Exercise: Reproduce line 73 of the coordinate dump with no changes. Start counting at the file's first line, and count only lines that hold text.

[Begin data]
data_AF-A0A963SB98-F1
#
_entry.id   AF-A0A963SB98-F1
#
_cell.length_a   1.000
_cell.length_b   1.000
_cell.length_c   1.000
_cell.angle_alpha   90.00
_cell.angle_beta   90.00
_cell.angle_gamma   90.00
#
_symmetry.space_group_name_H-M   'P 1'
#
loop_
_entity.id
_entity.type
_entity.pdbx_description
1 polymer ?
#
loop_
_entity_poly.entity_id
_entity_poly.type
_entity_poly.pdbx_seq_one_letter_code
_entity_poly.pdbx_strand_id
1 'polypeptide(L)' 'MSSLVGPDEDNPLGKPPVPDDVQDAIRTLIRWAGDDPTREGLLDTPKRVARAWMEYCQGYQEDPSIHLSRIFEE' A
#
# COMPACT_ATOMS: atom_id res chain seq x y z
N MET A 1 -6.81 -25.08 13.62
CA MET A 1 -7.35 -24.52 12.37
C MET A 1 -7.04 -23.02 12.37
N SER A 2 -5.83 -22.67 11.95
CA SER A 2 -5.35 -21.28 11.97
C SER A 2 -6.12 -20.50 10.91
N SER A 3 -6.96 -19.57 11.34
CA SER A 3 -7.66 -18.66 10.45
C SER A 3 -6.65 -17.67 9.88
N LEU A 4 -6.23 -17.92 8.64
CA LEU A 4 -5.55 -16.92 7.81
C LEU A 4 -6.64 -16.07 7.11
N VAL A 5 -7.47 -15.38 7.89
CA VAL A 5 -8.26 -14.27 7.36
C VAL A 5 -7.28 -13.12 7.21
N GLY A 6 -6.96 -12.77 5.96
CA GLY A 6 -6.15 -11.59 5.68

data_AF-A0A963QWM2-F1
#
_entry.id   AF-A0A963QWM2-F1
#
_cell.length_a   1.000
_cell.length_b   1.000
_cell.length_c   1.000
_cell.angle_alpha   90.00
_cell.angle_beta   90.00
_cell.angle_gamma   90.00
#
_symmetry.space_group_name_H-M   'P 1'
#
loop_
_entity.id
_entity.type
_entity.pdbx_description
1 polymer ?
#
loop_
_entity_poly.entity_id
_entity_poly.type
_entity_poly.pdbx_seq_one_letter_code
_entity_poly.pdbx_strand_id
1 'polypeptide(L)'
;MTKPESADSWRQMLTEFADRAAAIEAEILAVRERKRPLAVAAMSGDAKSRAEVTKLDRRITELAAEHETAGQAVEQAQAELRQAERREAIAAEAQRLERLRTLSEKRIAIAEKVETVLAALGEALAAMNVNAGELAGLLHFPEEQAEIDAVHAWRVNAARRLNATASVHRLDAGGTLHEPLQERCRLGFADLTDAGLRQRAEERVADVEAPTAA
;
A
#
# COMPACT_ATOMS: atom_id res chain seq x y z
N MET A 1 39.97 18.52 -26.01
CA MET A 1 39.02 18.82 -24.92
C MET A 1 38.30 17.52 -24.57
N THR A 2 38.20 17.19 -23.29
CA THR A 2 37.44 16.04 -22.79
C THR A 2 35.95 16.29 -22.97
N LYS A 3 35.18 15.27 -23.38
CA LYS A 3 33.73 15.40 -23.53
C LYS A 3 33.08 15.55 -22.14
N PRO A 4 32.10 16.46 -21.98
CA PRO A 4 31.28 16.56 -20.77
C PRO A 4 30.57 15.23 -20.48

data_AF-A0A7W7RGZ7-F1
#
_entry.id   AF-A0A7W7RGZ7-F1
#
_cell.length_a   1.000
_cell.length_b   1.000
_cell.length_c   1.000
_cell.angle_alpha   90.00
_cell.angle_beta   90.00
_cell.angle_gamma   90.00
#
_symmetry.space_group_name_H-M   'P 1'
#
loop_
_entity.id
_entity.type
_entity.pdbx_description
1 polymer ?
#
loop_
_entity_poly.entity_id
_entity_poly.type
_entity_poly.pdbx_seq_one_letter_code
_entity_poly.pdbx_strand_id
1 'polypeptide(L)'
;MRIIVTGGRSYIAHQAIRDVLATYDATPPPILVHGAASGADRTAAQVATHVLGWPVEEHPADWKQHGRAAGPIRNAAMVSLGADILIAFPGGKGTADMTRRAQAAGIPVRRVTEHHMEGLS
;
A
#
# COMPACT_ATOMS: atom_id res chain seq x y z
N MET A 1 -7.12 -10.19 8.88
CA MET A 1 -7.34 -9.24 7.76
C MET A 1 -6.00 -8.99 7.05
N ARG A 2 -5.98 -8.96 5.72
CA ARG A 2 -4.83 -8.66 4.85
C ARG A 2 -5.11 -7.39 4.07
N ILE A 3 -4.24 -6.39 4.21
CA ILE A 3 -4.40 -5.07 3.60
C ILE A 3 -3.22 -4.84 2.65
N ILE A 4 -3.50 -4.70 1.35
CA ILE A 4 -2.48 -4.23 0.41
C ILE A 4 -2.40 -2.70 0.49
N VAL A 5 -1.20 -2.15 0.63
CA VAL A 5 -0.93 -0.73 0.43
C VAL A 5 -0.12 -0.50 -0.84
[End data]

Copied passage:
#